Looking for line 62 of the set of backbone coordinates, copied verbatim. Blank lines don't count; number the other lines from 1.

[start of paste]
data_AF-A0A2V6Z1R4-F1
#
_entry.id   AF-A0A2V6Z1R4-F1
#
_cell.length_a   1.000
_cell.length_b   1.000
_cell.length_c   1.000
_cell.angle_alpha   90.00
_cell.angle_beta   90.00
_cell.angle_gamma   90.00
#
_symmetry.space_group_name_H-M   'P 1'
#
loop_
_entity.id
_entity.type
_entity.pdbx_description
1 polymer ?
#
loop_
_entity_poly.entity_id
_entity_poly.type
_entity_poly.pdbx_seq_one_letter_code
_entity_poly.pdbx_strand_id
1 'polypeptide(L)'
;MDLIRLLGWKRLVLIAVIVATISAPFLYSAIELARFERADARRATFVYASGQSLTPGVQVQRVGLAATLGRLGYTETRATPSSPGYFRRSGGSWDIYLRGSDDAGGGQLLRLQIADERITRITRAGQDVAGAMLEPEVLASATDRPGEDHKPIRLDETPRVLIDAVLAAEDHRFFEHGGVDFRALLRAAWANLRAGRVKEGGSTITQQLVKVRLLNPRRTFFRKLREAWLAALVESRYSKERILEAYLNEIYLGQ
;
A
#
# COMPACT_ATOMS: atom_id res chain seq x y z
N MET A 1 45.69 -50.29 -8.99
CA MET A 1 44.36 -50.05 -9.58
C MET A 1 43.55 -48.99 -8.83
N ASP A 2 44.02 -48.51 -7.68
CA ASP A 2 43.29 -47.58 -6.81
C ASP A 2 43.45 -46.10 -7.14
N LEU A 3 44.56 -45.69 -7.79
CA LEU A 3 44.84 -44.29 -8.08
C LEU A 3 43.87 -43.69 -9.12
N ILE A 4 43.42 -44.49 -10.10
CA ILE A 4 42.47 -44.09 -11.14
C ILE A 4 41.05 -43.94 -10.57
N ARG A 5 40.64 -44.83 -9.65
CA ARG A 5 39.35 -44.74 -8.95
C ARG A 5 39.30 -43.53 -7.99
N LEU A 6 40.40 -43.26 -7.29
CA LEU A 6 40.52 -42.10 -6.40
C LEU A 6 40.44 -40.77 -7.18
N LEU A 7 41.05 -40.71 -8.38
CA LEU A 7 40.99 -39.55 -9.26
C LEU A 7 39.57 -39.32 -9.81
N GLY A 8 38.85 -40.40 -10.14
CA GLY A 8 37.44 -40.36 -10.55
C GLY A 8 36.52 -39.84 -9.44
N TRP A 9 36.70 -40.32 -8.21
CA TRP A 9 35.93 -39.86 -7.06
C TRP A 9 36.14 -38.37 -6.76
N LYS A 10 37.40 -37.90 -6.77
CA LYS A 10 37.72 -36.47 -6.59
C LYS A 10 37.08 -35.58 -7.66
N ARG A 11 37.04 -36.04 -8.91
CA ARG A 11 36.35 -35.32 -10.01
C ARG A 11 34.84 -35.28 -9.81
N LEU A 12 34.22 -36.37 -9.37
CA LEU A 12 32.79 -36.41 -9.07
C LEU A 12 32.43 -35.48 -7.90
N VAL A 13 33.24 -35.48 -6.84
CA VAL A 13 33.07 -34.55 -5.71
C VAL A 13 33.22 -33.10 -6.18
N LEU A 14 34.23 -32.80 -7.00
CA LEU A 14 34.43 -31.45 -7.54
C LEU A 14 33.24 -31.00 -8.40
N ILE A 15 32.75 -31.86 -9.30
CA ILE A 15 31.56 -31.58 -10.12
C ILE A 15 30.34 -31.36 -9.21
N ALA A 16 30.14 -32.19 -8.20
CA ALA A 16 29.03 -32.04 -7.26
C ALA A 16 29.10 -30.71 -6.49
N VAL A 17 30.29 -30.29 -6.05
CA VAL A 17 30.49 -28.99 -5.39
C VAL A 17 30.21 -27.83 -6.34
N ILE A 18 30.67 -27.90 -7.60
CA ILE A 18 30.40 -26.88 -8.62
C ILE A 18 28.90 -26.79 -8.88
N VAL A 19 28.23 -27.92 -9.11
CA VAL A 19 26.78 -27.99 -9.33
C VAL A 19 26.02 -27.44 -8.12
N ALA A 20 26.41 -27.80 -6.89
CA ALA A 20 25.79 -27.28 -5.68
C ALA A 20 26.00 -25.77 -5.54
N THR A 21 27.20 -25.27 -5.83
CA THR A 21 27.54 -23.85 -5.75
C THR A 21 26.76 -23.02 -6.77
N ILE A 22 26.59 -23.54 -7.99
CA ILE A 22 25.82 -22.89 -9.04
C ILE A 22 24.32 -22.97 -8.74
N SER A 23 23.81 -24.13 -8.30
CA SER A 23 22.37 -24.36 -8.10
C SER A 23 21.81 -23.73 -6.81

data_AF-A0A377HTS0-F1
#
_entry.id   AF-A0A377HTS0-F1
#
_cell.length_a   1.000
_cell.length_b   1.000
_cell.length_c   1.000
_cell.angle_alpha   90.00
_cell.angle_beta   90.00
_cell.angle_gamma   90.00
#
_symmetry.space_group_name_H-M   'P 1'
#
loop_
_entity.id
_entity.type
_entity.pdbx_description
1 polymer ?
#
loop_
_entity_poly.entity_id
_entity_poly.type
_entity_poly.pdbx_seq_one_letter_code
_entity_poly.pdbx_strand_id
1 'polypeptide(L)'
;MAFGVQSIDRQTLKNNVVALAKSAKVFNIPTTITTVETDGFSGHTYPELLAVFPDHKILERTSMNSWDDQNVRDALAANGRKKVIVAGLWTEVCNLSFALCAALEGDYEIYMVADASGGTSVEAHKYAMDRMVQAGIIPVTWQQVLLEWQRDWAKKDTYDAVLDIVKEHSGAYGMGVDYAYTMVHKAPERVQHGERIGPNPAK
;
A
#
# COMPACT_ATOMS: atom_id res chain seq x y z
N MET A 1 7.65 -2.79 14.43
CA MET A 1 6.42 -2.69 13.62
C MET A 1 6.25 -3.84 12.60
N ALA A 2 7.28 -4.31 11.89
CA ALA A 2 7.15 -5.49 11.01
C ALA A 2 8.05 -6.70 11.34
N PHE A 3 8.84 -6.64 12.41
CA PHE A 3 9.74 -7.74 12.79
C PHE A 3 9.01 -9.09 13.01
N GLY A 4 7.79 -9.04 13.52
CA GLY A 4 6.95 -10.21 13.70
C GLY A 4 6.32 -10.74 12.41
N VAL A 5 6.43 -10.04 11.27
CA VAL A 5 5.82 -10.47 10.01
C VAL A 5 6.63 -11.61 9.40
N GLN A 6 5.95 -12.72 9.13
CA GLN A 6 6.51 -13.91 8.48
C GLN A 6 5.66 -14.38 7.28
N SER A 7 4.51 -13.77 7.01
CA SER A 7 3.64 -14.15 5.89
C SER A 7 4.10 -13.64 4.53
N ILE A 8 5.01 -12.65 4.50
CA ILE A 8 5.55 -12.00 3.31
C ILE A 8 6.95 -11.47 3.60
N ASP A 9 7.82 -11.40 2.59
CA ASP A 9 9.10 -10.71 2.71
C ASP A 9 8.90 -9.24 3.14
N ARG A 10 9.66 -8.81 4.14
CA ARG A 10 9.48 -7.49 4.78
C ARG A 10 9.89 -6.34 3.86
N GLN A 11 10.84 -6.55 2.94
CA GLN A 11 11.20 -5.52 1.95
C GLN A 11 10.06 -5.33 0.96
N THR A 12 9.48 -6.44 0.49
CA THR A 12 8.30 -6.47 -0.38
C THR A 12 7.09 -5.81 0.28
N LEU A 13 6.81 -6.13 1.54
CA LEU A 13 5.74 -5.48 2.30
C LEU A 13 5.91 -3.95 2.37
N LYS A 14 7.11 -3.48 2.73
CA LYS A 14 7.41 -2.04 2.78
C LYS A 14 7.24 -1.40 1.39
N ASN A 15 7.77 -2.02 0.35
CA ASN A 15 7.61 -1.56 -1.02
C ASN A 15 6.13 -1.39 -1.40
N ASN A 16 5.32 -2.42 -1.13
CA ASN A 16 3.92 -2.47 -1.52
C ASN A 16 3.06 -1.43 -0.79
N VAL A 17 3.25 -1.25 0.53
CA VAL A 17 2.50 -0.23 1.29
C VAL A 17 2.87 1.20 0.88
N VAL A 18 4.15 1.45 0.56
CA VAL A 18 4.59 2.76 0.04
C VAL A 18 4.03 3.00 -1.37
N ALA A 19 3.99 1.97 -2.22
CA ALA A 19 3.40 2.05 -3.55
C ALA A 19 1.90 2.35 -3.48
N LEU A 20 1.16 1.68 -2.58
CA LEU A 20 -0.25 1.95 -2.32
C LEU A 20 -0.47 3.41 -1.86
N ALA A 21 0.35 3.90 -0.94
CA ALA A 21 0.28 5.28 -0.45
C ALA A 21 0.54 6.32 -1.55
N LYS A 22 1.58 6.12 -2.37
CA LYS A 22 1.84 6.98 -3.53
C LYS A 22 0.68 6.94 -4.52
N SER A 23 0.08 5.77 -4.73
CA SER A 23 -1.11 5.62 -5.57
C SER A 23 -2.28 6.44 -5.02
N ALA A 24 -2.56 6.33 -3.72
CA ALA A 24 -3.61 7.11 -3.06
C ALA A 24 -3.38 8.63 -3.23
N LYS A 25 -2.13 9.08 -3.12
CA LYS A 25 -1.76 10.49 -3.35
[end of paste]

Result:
CA ARG A 11 36.35 -35.32 -10.01